Moreover, they found that the Nanog motif showed a strong helical space preference for multiples of around 10.5 base pairs, independent of orientation. This helical spacing may help Nanog engage in cooperative protein-protein interactions by presenting on the same side of the DNA as partner motifs.

"This is the key advantage of using neural networks for this task," said Žiga Avsec, PhD, senior research scientist at the Technical University in Munich and first author of the paper.

"More traditional bioinformatics approaches model data using pre-defined rigid rules that are based on existing knowledge. However, biology is extremely rich and complicated," explained Avsec. "By using neural networks, we can train much more flexible and nuanced models that learn complex patterns from scratch without previous knowledge, thereby allowing novel discoveries."

How does BPNet work?

BPNet learns from the raw DNA sequence and learns to detect sequence motifs and eventually the higher-order rules by which the elements predict the base-resolution binding data. Once the model is trained, the learned patterns are extracted with interpretation tools. The output signal is traced back to the input sequences to reveal sequence motifs.

Researchers used DNA sequences from high-resolution experiments to train a neural network called BPNet, whose "black box" innerworkings were then uncovered to reveal sequence patterns and organizing principles of the genome's regulatory code. Illustration courtesy of Mark Miller, Stowers Institute for Medical Research.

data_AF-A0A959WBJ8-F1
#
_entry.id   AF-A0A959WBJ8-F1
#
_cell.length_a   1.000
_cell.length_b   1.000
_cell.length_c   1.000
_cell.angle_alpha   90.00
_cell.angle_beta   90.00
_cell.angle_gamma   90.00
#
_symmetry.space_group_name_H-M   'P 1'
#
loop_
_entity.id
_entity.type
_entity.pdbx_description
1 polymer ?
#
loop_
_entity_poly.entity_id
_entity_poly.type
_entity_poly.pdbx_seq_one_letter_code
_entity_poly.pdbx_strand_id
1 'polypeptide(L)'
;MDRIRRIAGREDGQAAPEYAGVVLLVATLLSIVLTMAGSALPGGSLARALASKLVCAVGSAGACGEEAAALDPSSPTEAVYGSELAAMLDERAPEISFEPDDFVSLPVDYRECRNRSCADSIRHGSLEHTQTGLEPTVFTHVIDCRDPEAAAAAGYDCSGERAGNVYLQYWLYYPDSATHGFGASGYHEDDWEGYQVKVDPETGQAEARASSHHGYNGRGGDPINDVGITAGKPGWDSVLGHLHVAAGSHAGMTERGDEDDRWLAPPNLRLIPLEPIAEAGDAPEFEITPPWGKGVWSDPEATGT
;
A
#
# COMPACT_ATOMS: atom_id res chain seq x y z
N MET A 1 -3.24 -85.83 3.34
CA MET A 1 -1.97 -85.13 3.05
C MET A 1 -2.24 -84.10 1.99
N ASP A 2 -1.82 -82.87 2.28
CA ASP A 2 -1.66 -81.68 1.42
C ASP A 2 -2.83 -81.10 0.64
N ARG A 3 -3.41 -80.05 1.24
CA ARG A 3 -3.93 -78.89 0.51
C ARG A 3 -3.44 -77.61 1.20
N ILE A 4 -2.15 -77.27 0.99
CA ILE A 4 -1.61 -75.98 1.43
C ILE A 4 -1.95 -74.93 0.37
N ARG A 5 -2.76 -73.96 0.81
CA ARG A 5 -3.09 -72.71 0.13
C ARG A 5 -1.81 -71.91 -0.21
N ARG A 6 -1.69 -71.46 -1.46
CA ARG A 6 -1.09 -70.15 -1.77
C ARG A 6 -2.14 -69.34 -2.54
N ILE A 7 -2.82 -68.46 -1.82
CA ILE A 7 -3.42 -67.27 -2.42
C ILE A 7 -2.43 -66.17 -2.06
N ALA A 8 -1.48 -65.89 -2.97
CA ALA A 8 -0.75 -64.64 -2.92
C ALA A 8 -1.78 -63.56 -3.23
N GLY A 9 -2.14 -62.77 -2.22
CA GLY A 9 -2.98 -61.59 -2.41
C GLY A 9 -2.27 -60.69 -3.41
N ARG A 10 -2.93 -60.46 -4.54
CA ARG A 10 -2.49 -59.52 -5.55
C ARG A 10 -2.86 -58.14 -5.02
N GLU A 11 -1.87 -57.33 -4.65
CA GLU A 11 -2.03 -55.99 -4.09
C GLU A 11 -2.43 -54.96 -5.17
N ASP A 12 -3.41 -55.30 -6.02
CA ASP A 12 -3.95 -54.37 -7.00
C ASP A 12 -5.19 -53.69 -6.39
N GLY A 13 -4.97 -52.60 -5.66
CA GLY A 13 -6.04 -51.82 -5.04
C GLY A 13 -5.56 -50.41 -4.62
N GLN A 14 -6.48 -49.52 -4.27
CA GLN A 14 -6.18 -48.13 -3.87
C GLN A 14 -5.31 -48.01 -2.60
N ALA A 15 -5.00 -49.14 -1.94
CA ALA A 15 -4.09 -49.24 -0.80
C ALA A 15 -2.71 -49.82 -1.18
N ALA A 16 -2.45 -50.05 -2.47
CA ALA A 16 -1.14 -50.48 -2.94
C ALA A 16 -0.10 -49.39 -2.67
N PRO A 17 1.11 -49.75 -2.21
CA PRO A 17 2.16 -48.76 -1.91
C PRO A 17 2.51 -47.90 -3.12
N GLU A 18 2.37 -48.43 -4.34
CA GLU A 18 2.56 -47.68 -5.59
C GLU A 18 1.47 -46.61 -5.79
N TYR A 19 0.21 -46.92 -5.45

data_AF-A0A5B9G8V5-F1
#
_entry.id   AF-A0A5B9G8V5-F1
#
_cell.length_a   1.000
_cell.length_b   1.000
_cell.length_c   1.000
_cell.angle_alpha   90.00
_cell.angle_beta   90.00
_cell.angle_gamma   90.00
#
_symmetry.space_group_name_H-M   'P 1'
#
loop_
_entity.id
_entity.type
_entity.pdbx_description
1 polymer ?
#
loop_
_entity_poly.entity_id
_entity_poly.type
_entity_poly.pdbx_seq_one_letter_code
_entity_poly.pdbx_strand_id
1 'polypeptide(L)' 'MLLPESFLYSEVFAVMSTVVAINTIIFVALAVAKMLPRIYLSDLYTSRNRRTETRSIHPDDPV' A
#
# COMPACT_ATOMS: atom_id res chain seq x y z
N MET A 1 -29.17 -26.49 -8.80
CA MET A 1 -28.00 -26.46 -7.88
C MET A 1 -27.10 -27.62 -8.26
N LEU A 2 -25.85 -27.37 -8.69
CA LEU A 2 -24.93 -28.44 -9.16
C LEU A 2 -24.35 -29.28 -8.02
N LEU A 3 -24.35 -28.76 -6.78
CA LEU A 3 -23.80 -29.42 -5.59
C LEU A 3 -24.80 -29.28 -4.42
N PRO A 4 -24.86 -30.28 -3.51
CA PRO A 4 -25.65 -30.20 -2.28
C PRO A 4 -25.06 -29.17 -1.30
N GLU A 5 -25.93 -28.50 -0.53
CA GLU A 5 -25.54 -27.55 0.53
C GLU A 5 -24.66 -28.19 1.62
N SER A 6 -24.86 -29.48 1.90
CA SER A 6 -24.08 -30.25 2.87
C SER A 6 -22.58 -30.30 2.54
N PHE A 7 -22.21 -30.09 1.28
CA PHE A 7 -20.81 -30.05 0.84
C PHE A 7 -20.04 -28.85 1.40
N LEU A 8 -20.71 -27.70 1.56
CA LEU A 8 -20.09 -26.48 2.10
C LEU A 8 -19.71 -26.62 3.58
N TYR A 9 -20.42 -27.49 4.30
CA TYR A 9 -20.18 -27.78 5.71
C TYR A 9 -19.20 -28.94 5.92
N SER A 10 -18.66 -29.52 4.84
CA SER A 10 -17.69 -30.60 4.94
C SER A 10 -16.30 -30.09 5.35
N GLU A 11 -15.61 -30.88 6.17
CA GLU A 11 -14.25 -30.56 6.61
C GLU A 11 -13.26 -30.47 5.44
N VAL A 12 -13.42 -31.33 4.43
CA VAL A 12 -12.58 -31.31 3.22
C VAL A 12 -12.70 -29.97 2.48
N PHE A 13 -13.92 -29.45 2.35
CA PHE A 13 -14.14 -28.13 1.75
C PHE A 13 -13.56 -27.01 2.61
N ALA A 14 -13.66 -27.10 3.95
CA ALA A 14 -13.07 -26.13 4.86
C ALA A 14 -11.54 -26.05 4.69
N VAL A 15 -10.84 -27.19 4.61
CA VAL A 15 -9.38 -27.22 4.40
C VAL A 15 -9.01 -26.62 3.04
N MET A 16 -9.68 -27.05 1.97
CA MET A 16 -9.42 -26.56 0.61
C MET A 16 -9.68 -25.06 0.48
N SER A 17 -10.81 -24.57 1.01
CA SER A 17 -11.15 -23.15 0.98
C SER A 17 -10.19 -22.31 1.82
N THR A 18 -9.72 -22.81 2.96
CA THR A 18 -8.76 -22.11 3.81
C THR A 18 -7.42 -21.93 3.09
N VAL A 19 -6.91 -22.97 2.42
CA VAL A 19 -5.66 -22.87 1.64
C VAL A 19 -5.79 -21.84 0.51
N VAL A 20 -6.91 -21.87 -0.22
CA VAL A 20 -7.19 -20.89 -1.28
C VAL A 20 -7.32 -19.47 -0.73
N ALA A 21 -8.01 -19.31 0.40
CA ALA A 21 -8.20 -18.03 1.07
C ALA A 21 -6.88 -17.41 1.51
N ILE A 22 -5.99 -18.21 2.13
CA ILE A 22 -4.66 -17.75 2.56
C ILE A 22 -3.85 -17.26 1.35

The final step is to use the model as an oracle and systematically query it with specific DNA sequence designs, similar to what one would do to test hypotheses experimentally, to reveal the rules by which sequence motifs function in a combinatorial manner.

"The beauty is that the model can predict way more sequence designs that we could test experimentally," Zeitlinger said. "Furthermore, by predicting the outcome of experimental perturbations, we can identify the experiments that are most informative to validate the model."

To experimentally validate the motif syntax, the researchers performed targeted point mutations in motifs and compared the changes in ChIP-nexus profiles to those predicted by BPNet. They used CRISPR/Cas9 to perform two-base substitutions in either the Sox2 or Nanog motif, and then performed ChIP-nexus experiments on wildtype and mutant embryonic stem cells.

As expected, mutation of Sox2 eliminated any binding associated with that transcription factor. However, the Nanog mutation did not affect Sox2 binding while the Sox2 mutation resulted in the near loss of Nanog binding near the Sox2 mutation site, validating directional cooperativity of transcription factors.

Both the Zeitlinger lab and the Kundaje lab are already using BPNet to reliably identify binding motifs for other cell types, relate motifs to biophysical parameters, and learn other structural features in the genome, such as those associated with DNA packaging. The teams have made the entire BPNet software framework freely available to other scientists.

Do you have a unique perspective on your research related to artificial intelligence or genomics? Contact the editor today to learn more.